The Columban Fathers arrived in the Philippines in 1929 with the purpose of building the local Church. We went to Manila, Rizal, Cavite, Pangasinan, Zambales, Misamis Oriental and Occidental, Lanao del Norte and Lanao del Sur, Negros Occidental, Surigao and the Zamboanga Peninsula, building churches, schools and organizing communities.
Today, we continue to help the local Church to become more fully missionary. We work in various ministries throughout the Philippines, including Parish ministry, Interreligious Dialogue, Indigenous People’s Apostolate, Justice, Peace and the Integrity of Creation, and support ministries with the deaf and those with special needs, among others. We lead others on a ‘deep journey into Laudato Si’ to inspire urgent action for the care of God’s creation. This resonates among the indigenous tribal communities of Mindanao, where we also help to facilitate inter-religious dialogue between Christians and Muslims.
We train young men and women from the Philippines to share the God News of Christ in foreign lands as Columban priests and lay missionaries. The first group of young Filipinos to arrive for formation came in 1984, and the first Filipino Columban priest ordained was sent to Japan, while the first group of three Filipina Columban lay missionaries was sent to Pakistan in 1990.
At present, the International House of Studies of the Columban Missionaries is located in Cubao, while the Spiritual Year House is in New Manila. Both houses are in Quezon City, Philippines.
Among those working in the Taiwan Mission Unit are ordained Columbans, Lay Missionaries and Seminarians. Our current mission priorities are ministering among migrant workers, immigrants and their families and victims of human trafficking. We work with indigenous peoples in the Taian Paris located in the Hsinchu Diocese besides support disadvantaged infants, children and youth and those living with and affected by HIV/AIDS. The majority of our ministry is based in three Migrant Centres of the Hsinchu Diocese.
In the U.S., we continue to invite all the baptized to share in the universal mission of the Church through actively supporting our various missionary endeavors or through exploring the missionary dimensions of their own faith with us in a cross cultural setting. We work with Korean, Hispanic, Filipino and Chinese communities in Washington, D.C., Bristol, Rhode Island, Omaha, Nebraska, El Paso, Texas (and across the border in Juarez, Mexico) and California. Our Columban Center for Advocacy and Outreach in Washington, D.C., focuses on the issues of justice, peace and integrity of creation, raising awareness among lawmakers and providing young people with an opportunity to advocate on behalf of the voiceless.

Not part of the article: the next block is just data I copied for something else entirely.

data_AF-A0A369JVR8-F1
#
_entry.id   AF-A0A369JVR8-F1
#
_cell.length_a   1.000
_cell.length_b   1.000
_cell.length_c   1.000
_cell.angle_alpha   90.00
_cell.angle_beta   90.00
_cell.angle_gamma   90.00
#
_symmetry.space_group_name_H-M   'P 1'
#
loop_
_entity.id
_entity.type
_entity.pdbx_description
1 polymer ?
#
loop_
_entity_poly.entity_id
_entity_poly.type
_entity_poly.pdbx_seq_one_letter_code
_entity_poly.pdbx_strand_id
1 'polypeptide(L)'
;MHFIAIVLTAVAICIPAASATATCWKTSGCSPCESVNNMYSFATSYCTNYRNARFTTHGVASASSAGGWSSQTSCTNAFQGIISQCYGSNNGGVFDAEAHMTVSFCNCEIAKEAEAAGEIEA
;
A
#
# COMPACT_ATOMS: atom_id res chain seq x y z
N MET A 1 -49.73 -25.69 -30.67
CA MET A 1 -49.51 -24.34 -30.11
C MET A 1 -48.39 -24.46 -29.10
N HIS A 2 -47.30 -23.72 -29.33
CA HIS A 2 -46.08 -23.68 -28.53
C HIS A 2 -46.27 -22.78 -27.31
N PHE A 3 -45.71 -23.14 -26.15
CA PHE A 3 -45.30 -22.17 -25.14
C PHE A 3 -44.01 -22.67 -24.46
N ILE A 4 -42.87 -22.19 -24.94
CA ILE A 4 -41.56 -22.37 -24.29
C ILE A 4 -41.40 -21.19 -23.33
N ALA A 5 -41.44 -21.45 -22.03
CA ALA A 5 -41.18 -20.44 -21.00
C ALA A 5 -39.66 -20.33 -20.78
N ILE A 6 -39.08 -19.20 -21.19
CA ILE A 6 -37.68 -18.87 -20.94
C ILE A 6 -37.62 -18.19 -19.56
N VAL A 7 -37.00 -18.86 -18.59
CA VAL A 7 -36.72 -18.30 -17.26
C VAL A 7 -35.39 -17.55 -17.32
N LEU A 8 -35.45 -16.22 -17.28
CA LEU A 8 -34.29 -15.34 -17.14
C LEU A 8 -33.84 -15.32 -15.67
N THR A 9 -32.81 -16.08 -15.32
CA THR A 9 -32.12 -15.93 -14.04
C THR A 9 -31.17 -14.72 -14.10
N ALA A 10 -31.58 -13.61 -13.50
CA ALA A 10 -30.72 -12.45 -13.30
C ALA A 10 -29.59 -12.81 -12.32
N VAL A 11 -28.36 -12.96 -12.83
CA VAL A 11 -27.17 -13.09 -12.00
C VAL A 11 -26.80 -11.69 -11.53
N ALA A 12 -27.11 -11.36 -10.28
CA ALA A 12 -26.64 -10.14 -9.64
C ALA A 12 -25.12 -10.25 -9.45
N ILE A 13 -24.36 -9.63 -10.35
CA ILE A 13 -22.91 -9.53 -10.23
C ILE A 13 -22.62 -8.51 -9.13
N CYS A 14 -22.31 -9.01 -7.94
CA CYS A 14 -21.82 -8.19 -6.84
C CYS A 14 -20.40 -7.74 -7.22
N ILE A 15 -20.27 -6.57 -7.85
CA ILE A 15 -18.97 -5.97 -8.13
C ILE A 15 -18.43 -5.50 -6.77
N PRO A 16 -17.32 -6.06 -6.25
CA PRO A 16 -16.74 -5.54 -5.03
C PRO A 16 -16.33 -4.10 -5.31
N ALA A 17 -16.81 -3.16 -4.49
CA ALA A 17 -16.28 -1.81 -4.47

St. Columban Mission for Justice, Peace, and Ecology
St. Columban Mission for Justice, Peace, and Ecology envisions a world where each person is empowered to help build a society that liberates the poor, welcomes all migrants, and cares for the earth.
We work to create this world by equipping people of faith with the skills they need in order to evaluate public policy, build bridges between communities, and advocate for the common good.
At the invitation of the Second Vatican Council, and inspired by the activism of the communities that we accompany, in 1976 the Society formally recognized that at the heart of our mission is the work for justice, peace, and ecology. The Society set up a committee to explore the possibility of opening an advocacy office in Washington, DC. After decades of working with communities to establish equitable and sustainable conditions within their countries, we realized that our work was often impeded by economic and military policies supported by the United States’ government.
In 1985, the Society founded the Columban Justice, Peace, and Integrity of Creation (JPIC) Office. We changed our name in April 2009 to the Columban Center for Advocacy and Outreach and then again in January 2022 to our current name.
Missionary Sisters of St. Columban
Founded by Bishop Edward Galvin in 1925, the Missionary Sisters of St. Columban are religious women who commit themselves to be witnesses of God’s love and compassion. They have a strong affiliation to the Columban Missionaries and are present today in many of the same countries. Please visit www.columbansisters.org for more information.
“And he said to them, "Go into all the world and proclaim the gospel to the whole creation.”